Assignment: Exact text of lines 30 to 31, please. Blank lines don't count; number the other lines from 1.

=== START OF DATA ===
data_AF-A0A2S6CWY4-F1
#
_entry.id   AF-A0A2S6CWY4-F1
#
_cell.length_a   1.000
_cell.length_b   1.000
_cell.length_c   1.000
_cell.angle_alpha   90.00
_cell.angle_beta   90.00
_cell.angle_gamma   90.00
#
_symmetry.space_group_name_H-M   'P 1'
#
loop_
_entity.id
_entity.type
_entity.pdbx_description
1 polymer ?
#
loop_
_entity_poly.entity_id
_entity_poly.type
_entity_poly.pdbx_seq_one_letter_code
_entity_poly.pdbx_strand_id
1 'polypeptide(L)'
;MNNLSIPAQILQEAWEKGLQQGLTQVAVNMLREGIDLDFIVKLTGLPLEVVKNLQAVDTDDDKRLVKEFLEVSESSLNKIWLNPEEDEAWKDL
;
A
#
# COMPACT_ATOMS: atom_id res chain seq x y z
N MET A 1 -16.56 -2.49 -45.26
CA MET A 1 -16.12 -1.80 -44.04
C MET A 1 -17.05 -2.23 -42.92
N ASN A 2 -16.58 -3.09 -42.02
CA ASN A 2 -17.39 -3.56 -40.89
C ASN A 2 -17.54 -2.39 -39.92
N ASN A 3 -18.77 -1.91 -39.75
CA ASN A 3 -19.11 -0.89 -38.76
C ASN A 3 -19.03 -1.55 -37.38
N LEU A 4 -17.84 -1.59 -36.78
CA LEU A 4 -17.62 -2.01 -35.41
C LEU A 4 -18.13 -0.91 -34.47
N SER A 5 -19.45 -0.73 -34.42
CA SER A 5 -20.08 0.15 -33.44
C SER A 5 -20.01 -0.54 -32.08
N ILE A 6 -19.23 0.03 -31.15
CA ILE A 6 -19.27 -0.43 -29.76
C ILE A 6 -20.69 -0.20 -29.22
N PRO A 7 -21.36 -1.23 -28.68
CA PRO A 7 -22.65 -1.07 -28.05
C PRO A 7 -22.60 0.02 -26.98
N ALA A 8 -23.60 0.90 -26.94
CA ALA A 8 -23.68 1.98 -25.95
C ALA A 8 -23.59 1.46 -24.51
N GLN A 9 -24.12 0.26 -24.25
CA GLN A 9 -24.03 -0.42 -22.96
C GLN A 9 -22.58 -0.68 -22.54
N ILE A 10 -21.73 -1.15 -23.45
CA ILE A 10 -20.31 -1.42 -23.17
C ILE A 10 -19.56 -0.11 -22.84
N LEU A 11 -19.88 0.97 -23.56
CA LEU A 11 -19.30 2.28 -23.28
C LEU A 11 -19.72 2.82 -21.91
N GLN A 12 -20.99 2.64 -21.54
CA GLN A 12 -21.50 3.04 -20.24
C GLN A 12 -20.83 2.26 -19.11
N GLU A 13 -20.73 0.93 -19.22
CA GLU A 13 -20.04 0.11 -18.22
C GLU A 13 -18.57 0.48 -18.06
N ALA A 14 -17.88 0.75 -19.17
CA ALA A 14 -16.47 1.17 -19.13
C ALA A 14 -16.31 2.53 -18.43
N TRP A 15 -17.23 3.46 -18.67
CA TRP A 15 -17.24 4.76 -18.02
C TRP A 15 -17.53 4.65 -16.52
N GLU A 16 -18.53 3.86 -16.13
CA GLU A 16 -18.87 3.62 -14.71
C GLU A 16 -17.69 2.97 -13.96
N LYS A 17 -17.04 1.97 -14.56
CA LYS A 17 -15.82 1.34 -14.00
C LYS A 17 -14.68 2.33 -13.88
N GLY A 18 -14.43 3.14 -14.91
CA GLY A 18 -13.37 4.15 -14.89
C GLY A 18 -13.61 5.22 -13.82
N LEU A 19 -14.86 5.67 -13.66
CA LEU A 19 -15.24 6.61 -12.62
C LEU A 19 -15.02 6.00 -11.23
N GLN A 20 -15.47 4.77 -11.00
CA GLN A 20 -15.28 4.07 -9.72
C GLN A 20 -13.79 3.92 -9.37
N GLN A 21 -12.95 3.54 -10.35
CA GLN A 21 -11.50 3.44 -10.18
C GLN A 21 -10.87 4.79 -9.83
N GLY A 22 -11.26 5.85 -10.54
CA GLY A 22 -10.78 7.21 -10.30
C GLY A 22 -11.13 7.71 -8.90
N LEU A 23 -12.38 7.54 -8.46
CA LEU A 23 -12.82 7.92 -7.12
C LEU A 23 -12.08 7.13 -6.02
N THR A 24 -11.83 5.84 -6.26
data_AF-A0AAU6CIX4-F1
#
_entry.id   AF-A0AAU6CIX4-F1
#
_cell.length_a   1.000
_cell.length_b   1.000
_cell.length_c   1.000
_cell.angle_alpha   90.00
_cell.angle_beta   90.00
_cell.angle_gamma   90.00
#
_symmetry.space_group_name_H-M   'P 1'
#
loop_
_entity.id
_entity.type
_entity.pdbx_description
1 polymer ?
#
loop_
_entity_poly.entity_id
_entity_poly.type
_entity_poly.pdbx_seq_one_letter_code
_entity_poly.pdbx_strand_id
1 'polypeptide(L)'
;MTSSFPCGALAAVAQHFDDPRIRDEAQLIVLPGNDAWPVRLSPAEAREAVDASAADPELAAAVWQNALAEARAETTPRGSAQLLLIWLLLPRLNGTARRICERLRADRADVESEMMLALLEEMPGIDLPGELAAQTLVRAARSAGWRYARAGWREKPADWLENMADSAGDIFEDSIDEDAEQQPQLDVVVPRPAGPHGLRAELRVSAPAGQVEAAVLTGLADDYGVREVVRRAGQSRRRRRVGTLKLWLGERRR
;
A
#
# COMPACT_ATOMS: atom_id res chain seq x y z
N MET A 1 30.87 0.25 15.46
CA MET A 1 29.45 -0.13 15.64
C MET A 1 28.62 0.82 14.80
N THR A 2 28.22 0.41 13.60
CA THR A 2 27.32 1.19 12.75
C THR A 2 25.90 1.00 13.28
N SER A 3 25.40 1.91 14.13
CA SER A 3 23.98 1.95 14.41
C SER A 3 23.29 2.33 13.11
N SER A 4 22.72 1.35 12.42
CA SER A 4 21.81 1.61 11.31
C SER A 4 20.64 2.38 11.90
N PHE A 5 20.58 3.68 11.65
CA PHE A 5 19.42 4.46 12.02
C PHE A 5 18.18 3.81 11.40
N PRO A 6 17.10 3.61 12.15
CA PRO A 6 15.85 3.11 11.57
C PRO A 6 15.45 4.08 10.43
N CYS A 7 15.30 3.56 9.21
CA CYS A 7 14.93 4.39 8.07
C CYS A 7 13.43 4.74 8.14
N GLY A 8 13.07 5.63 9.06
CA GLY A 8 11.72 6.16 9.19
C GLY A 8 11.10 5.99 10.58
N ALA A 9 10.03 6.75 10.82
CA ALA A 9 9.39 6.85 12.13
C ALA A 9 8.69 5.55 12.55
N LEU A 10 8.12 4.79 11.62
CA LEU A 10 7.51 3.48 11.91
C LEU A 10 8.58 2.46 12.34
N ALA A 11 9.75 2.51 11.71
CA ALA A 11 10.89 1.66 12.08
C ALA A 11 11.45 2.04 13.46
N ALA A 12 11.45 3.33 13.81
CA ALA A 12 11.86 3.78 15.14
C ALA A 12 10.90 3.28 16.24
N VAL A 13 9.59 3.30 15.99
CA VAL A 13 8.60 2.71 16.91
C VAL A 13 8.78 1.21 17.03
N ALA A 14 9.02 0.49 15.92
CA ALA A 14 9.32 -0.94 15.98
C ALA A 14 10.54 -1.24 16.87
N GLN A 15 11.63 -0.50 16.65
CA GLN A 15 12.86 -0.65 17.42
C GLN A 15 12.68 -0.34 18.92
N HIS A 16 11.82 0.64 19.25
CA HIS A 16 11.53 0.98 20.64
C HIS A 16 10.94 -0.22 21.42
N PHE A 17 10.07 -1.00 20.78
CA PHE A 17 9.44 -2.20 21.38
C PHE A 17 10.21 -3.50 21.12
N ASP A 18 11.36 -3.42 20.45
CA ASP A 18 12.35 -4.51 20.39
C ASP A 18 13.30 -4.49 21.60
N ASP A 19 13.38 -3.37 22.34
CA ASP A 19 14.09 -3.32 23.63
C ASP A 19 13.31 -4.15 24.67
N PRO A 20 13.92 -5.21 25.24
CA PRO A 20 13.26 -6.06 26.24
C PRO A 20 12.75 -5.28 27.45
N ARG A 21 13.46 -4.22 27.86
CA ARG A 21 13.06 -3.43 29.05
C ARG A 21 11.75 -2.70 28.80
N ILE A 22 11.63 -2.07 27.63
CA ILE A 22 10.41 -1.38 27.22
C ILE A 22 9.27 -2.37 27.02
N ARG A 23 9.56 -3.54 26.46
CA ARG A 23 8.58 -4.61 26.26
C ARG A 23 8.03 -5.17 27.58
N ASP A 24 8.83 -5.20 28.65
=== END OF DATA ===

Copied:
# COMPACT_ATOMS: atom_id res chain seq x y z
N MET A 1 -16.56 -2.49 -45.26